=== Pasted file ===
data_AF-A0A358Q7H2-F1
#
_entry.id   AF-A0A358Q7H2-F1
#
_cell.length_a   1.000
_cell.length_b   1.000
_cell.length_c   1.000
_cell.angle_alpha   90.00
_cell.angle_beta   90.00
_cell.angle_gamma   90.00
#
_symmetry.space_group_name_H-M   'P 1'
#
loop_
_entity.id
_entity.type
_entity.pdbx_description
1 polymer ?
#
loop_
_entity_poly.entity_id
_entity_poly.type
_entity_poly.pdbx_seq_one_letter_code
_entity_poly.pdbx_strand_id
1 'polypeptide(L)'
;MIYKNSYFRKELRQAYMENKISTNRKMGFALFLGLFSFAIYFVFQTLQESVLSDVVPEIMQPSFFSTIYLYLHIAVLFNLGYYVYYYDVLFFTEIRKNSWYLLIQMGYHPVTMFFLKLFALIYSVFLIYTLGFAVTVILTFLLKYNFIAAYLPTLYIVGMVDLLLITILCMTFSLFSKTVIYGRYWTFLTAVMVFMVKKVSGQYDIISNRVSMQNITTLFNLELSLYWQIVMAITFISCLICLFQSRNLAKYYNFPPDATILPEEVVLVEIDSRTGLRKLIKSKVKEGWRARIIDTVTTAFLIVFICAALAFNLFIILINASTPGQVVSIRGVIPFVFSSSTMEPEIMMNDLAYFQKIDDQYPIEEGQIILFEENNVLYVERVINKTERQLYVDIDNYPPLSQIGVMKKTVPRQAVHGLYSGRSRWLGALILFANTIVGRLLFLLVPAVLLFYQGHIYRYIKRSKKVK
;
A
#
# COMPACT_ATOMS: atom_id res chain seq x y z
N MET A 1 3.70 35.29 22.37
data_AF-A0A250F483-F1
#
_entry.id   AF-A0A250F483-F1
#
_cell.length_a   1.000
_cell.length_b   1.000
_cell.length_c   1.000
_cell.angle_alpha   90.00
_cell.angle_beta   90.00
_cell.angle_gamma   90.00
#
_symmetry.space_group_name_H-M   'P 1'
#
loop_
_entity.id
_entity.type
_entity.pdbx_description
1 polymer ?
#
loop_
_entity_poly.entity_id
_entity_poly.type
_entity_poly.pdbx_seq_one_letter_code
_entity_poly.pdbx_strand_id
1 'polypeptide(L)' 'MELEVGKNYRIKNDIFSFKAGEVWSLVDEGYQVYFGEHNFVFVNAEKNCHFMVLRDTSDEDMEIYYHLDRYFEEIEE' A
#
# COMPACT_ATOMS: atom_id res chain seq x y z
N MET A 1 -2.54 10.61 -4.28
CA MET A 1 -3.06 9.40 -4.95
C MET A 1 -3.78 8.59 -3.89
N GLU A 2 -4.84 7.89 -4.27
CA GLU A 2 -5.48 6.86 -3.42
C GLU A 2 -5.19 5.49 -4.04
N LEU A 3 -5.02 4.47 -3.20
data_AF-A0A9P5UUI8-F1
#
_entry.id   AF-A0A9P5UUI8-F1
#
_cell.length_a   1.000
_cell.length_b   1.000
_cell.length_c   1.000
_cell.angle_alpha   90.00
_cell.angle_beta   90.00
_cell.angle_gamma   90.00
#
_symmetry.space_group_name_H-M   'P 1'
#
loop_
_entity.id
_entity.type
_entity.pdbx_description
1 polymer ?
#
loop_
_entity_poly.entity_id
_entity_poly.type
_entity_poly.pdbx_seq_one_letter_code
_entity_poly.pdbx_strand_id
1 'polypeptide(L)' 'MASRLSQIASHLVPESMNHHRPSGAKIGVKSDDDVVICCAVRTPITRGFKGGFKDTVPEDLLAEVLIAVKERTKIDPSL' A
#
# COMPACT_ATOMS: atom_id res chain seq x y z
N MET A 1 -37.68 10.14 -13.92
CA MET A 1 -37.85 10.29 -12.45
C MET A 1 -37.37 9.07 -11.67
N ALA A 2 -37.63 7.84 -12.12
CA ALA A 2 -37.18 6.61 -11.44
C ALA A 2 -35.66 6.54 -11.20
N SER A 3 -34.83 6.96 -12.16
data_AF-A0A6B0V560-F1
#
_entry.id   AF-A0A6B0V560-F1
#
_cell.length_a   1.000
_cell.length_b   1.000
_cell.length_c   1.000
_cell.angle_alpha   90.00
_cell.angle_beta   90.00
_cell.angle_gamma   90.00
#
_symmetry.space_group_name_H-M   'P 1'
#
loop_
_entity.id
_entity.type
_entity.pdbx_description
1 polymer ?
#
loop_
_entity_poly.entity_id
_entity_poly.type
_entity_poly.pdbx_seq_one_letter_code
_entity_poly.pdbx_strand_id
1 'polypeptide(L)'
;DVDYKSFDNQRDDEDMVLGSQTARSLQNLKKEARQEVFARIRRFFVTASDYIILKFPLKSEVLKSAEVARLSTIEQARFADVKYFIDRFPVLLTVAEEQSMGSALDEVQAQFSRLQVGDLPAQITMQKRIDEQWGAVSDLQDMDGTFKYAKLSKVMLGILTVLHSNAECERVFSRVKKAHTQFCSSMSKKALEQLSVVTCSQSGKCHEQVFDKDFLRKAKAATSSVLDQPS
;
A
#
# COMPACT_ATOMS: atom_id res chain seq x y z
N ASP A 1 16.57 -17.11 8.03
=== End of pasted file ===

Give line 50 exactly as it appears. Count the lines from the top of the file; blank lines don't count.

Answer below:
#